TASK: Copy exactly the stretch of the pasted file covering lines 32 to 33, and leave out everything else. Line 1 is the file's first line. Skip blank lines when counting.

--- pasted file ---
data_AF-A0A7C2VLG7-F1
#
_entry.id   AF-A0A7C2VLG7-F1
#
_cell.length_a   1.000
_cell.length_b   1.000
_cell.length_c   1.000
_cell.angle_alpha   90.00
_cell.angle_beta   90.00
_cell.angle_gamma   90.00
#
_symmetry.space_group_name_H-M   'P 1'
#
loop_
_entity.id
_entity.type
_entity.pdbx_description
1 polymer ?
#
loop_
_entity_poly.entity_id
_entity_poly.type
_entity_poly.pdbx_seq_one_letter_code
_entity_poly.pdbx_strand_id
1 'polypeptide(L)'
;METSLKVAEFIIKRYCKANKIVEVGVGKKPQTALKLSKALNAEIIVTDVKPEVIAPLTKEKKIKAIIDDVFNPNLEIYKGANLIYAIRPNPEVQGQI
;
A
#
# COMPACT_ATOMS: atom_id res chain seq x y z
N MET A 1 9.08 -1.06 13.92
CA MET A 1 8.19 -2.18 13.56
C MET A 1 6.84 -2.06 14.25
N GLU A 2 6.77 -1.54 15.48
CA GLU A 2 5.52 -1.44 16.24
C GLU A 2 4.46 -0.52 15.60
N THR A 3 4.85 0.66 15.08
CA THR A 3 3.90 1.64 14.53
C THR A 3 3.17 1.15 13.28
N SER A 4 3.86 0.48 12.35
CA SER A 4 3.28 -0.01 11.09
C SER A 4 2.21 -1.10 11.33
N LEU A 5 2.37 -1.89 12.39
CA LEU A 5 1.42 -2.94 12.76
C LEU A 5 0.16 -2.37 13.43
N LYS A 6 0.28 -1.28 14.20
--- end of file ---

CA MET A 1 8.19 -2.18 13.56
C MET A 1 6.84 -2.06 14.25